We use test card details that mean the payment will succeed without a challenge and then wait for the correct event to appear on Kafka.
What were the challenges (no pun intended)?
We had both organisational and technical challenges during the 10 week implementation of the new systems.
The team building the back end services was distributed between London and Bristol, meaning some (not unwelcome) travel and a lot of remote pairing, which worked really well. The backend team also had to liaise with the merchant front end teams, of which there were 4. We had amazing help from OVO’s Project Management Team, leaving the developers to integrate with Worldpay’s API, build infrastructure, write code, write unit tests, deploy to non-prod, write integration and end-to-end tests and finally deploy into production.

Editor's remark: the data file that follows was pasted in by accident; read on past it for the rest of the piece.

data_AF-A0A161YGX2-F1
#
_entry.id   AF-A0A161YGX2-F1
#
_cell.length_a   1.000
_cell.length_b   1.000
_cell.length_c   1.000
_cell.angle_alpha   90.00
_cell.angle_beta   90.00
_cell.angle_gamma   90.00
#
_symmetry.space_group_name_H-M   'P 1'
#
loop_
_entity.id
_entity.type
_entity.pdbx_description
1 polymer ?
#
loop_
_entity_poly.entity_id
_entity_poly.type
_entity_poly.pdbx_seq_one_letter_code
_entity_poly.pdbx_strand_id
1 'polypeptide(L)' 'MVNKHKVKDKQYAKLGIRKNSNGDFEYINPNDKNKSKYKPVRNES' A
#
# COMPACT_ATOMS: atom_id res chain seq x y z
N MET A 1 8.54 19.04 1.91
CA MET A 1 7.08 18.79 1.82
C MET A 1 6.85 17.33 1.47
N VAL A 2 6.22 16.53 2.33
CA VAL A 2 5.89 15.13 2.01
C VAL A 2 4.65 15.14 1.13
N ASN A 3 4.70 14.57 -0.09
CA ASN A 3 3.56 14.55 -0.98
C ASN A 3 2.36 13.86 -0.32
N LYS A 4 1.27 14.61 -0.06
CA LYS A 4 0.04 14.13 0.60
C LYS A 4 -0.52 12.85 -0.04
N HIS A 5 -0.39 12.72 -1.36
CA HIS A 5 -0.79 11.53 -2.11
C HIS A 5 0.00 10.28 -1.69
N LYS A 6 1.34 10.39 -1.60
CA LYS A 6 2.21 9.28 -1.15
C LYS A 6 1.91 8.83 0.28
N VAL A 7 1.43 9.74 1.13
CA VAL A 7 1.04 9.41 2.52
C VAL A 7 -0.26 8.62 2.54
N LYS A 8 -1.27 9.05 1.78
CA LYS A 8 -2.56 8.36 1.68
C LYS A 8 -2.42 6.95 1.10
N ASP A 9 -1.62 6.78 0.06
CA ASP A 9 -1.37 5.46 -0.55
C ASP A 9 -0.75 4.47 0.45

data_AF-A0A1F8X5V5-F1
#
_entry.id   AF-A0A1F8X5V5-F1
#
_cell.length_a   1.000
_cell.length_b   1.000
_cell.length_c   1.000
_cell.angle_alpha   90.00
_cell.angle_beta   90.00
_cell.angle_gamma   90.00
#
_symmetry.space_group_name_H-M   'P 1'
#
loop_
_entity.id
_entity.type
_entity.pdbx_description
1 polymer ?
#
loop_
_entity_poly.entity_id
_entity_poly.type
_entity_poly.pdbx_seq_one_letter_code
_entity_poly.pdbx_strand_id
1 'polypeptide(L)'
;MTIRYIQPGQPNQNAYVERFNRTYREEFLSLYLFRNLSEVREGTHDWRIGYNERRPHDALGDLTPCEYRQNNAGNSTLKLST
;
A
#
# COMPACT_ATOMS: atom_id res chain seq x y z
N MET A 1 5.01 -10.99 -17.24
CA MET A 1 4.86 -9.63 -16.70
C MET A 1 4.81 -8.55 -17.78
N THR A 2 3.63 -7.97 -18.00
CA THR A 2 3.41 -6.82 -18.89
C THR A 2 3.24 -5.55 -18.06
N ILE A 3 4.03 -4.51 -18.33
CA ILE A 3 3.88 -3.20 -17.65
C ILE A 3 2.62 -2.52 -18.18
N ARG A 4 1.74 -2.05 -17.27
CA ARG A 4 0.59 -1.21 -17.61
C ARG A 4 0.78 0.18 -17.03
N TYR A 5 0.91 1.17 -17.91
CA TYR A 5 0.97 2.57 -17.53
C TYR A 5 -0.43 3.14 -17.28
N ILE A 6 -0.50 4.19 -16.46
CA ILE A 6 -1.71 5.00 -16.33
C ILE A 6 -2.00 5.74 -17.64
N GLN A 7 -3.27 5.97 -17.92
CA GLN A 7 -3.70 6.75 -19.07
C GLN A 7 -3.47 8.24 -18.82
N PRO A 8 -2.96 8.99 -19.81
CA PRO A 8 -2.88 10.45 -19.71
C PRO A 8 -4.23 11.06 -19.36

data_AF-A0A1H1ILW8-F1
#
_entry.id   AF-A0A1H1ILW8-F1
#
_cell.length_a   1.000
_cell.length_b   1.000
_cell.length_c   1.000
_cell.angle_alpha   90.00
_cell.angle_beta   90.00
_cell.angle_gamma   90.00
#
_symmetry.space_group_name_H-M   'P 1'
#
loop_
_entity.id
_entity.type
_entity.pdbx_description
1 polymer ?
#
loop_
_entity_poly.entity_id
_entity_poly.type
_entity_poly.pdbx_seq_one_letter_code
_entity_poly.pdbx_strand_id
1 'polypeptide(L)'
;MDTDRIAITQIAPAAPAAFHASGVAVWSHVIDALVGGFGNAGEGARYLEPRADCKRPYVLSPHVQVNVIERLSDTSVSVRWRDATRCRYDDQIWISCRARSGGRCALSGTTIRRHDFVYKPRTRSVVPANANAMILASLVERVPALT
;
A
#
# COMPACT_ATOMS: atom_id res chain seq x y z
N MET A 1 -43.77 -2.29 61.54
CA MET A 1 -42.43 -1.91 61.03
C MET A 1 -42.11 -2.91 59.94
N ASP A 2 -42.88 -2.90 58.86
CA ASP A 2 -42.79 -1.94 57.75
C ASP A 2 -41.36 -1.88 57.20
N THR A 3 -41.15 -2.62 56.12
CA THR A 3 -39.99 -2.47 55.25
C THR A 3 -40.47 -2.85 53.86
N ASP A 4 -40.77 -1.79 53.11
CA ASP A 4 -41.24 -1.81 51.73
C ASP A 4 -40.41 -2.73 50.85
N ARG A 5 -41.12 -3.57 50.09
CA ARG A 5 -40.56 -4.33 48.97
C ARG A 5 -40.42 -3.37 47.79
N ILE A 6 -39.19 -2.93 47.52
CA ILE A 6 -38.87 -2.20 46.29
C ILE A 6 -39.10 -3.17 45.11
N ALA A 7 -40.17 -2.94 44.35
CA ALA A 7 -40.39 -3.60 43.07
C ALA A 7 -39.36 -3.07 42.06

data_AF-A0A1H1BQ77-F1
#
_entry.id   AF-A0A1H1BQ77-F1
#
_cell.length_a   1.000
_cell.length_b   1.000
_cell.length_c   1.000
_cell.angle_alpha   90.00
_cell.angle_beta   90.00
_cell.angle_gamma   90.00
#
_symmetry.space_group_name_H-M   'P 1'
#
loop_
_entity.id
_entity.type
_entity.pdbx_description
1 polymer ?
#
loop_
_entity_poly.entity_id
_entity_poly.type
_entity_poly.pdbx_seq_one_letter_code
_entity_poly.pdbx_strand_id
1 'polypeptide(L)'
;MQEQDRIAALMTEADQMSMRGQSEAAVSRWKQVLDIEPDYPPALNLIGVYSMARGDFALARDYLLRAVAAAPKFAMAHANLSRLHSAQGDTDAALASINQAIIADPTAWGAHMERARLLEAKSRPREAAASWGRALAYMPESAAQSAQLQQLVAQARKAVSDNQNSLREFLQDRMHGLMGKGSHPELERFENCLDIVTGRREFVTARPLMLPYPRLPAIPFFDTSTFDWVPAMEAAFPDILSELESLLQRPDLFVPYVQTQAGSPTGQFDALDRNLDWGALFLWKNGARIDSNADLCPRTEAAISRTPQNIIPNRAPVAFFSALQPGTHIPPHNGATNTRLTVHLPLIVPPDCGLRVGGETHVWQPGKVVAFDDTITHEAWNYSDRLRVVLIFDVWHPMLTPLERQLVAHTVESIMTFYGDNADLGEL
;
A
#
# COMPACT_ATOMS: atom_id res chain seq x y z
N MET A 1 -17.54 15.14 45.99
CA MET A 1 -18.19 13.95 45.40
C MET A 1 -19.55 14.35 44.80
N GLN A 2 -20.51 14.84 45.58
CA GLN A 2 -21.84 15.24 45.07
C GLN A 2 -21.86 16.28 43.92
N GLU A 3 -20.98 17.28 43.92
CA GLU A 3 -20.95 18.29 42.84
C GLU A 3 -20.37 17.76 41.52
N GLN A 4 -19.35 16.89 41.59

On the technical side, the main challenge was around “tokenised payments” which applied to one of the merchants. This is where a card is saved in Worldpay’s system in return for a token that is then stored by OVO. The token can be used to make repeat payments without the customer having to continually re-enter their details. We use this for customers who consume energy on a pay-as-you-go basis, and so regularly top up their balance with a card.
We had to migrate hundreds of thousands of tokens from the old system to the new one, and we had to make sure we got it right! Imagine seeing lots of transactions on your credit card that you didn’t make because the tokens weren’t mapped correctly. You would be paying for someone else’s energy and would probably be quite miffed.
We did this by registering new tokens in both systems until we were sure the data had been migrated with the correct mapping between customer and token. We also did lots of redundant checks to make sure the mapping was correct.
How is it all going after the switch?